As I became drawn to surgery of the foot and ankle, however, I remembered my childhood love of architecture and slowly realized that a podiatric surgeon is in many ways an architect, constructing a foot and ankle instead of a building. The endeavor takes about as much creativity and vision as it does planning and execution. Surgeons had the same design needs as architects; so why didn’t we have the same tools as architects?

The field needed a major technological advancement in pre-operative surgical planning. We needed CAD for foot and ankle reconstruction. We finally got it in weight-bearing 3D CT scanning.

CAD for Podiatric Surgery

Curvebeam CT Technology

The Curvebeam CT technology is a huge step forward for surgical preparation, giving your surgeon the best possible “view” of your foot and ankle in order to plan your reconstruction before making the first cut.

The Curvebeam CT technology is a huge step forward for surgical preparation, giving your surgeon the best possible “view” of your foot and ankle in order to plan your reconstruction before making the first cut.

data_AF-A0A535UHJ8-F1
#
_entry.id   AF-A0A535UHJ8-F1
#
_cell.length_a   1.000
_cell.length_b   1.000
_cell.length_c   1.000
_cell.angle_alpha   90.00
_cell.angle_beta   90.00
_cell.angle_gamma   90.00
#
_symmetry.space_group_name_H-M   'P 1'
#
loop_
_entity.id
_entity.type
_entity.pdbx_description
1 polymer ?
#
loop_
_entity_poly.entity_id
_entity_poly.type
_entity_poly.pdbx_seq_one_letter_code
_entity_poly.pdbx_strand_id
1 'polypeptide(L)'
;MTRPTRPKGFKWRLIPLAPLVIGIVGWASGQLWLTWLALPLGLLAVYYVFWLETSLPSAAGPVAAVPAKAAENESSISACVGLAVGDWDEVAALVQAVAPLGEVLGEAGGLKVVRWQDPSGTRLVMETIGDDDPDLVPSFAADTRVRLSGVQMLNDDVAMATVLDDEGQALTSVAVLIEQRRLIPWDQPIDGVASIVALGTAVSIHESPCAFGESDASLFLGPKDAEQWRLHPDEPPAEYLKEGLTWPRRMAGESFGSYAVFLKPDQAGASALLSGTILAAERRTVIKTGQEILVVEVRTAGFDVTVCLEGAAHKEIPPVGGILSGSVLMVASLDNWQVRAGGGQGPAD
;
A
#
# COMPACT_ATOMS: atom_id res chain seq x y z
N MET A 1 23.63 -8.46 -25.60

Much like CAD software’s ability to draw up multiple drafts and 3D renderings, the Curvebeam CT allows for multiple angle and plane images and 3D virtual imaging that make the surgical planning process much easier.

Before Curvebeam, I had always believed that surgery is more art than science. “You have to have good hands to be a surgeon,” I told myself. Curvebeam allows us to balance the art-science scale, combining sophisticated planning with surgical technique. Now, I can use 3D models to guide my good hands and artistic vision. I can ensure all of the pieces make sense and conduct the surgery as close to the plan as possible.

What is the benefit of Curvebeam Weight-Bearing 3D CT?

After I started using the computer-guided system, my surgical time for full ankle replacement decreased by 40%. That’s huge. My surgeries became far more reproducible. What’s more, the 3D CT imaging saved me from some surgical close-calls.